Azaleas can give months of flowering pleasure from winter to summer, but as with most plants, the best results require a little bit of attention. Watering should be done on demand and the plants kept moist, but be careful not to overdo it, especially in autumn and winter as azaleas need less water as the weather cools. Never water over the buds or flowers as this can cause fungal problems that result in a shorter flowering at best, and no flowering at worst. Although Autumn conditions are not as conducive to "petal blight" as are the warm days of late Spring, it may be necessary to use Zayleton to control these problems if they occur at any time. Generally though, if overhead watering and torrential rain are avoided (Good luck with the latter), and dead flowers are picked off from time to time (put them in the bin not the garden), there is nothing to stop a wonderful display for many spring weeks, providing conditions remain fine.
As far as fertilising of Azaleas (and for that matter most plants) is concerned, monthly applications of Harvest or a Fertiliser for acid loving plants, as well as a measure of Osmocote, Organic Life or Cow manure every three or four months, should be all that's required to keep your plant in good shape. Remember not to use granular chemical fertilisers on azaleas in Autumn and Winter as you may destroy the Spring flowers. "Azalea & Camellia food" can be used after flowering to encourage new growth, but only sparingly on established plants in the ground, and never on plants in pots!
Click to enlarge
If repotting your azalea, use an excellent potting mix such as “Pot Power” that has premium ingredients, extra slow release fertiliser, water storage granules, wetting agents, and even anti fungal agents. Planting an azalea in a cheap potting mix is a complete waste of money, and although Pot Power costs more than cheaper mixes, it lasts 5 times as long, so is actually much cheaper in the long term anyway!
If you are repotting an old plant that is "pot bound" (i.e. the roots are densely packed and growing in a circle), then be sure to "tease" the roots with a small fork, so that they will stop growing in a circular fashion and grow out to the edge of the new pot.
If planting azaleas in the ground, find a well drained position, and don't hesitate to add All in One Compost, a small amount of cow manure and Organic Life, for some extra organic richness. When repotting after flowering, it's an ideal time to give your Azalea a haircut to encourage bushy new growth for the next set of flowering. Azaleas must rate as the easiest plant to prune as they invariably re-shoot no matter how hard you prune, and there are up to 1000 dormant nodes per inch, so they will generally reshoot from wherever you cut them back to! (although a number one buzz cut is not recommended) After flowering finishes is the best time to prune or shape your plant because you don't lose the beauty of the flowers, but any time of year is suitable, with the exception of the dead of summer when they may suffer sun scorch if pruned. In heatwave conditions a spray with Droughtshield or Envy before the heat will reduce transpiration (and therefore sunburn) dramatically.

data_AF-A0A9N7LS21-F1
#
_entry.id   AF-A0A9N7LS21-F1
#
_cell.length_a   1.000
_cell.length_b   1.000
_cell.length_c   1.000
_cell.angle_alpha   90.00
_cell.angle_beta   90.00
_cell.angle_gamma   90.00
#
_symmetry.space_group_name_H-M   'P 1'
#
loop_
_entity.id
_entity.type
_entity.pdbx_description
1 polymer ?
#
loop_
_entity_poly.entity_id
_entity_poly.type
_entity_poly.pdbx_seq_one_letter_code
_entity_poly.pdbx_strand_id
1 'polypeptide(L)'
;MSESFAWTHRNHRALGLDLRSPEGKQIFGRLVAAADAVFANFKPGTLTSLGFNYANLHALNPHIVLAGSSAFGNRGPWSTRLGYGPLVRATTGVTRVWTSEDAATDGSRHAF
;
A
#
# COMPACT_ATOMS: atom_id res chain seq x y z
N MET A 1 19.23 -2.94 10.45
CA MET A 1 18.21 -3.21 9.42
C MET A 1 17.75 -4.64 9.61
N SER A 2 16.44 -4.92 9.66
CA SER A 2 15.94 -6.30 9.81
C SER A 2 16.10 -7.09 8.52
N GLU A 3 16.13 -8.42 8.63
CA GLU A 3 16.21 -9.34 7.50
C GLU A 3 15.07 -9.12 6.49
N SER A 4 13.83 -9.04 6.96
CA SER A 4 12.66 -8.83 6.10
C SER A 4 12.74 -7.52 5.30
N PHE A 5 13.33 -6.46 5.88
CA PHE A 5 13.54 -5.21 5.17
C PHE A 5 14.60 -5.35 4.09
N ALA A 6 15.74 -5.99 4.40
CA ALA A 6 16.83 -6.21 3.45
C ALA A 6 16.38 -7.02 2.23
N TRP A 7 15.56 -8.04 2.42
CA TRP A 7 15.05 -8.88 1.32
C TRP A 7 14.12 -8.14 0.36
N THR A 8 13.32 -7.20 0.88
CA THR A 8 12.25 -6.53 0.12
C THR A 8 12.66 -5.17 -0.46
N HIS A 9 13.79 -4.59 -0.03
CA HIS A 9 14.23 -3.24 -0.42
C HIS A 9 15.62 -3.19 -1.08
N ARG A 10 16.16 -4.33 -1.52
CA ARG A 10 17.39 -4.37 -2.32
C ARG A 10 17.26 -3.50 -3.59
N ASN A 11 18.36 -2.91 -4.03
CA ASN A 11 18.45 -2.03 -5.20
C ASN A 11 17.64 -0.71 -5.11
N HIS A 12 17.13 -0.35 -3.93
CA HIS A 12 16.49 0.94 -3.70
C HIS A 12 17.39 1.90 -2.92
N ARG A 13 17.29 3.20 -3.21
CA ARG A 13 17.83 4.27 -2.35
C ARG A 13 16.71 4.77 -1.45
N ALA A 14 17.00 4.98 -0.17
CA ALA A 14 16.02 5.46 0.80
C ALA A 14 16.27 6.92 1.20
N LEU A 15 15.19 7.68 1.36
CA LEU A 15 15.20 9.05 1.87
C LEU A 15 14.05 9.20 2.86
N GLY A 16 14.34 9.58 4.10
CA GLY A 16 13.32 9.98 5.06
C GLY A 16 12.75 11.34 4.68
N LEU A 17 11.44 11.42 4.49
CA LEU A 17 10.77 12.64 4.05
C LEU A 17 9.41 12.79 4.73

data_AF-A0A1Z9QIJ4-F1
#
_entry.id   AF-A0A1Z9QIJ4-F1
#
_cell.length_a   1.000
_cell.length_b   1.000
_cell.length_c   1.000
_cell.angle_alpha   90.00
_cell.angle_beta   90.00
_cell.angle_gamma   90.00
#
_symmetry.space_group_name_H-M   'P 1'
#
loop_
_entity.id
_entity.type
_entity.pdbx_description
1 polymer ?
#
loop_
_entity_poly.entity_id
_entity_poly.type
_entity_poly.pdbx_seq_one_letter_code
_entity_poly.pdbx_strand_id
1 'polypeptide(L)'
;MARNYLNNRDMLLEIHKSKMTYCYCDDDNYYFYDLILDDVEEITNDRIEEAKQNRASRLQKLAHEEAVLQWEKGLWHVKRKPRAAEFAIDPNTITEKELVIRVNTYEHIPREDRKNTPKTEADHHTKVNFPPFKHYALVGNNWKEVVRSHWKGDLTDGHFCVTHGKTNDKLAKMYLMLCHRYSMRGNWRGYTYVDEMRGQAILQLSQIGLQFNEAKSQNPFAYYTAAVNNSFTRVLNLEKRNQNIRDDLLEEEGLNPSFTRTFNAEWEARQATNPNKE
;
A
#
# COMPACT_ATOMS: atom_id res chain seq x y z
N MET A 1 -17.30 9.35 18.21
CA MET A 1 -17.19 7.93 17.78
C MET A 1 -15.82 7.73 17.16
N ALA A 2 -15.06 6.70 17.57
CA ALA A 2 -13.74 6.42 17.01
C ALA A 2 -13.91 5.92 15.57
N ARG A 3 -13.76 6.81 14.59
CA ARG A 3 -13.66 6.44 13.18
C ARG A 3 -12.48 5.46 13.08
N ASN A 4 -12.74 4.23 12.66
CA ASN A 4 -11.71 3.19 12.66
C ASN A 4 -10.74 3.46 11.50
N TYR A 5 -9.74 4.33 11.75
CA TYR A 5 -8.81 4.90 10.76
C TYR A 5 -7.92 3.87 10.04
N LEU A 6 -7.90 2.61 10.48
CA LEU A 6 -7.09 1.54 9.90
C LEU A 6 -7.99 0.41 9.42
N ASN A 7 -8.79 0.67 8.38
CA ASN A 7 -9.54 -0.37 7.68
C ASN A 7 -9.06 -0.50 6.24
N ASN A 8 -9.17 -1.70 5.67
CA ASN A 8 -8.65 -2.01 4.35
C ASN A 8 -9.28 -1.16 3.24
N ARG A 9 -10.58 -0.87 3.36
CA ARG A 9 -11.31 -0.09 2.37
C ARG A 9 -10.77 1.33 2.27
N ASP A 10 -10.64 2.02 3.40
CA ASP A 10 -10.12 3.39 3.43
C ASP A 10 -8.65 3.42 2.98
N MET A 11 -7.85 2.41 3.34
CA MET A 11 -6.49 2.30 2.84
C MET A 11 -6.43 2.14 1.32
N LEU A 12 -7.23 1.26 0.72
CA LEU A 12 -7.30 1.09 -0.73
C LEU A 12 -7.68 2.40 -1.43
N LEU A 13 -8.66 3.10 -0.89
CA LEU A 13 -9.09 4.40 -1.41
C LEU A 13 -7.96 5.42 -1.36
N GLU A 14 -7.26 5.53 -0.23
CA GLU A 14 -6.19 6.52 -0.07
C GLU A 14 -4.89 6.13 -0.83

The Rutherford hybrids, "Rose Queen", "Rose King", "Snow Prince" and "Snow Queen" are all excellent varieties, whether grown in containers or in the garden, and are amongst my favourites for their durability and reliability. Also terrific in autumn is "Dancer", the hard to find magnificent salmon-pink flowered variety that never seems to disappoint. "Dancer" has compact, bushy growth, and lovely dark green, semi-gloss leaves that set off the flowers beautifully. Unlike some varieties, it is hardy in ground or pot.
Kurume azaleas are the smaller style azaleas with hundreds of tiny flowers; the two best in our experience being Kirin (bright pink) and Christmas Cheer (red of course but it flowers in spring not Christmas!). Gumpo azaleas are the lowest growing azaleas, come in white, pink and two tone, but in our experience in the warmer areas of Sydney, Gumpos add their new growth in spring before the flowering, meaning the flowers are more often than not hidden from view.
The single flowered large growing azaleas are as tough as any plant in the garden, and reward with a spectacular display in spring. Alba magna (white), Splendens (salmon pink), and Alphonse Anderson (2 tone pink) are our favourites, and all can grow 2m high * 1.5m wide. At Honeysuckle Park we grow “standard” azaleas (bare stem with rounded head on top), and find Alba magna and Alphonse Anderson do extremely well.
Azaleas grown in shade can be prone to Lace Bug (results in silvery leaves especially near the base), and occasionally suffer from mites. Less common are the effects of White Curl Grub, sun scorch and fungal problems (including leaf gall). Whatever the plant disease problem, please bring in a bring a fresh sample of leaves and flowers, (in a zip lock bag please) to us for accurate diagnosis, as we know how to fix all Azalea problems, usually without the need of an Undertaker. Whilst photos and emails are useful, 3 dimensions is easier!
Pictured: An Azalea with chronic lace bug damage, easily treatable with Imidacloprid spray and tablets. Click on the pictures for a closer look.
Copyright asserted by Peter Thorburn, Honeysuckle Garden. Not to be reproduced in whole or in part without written permission.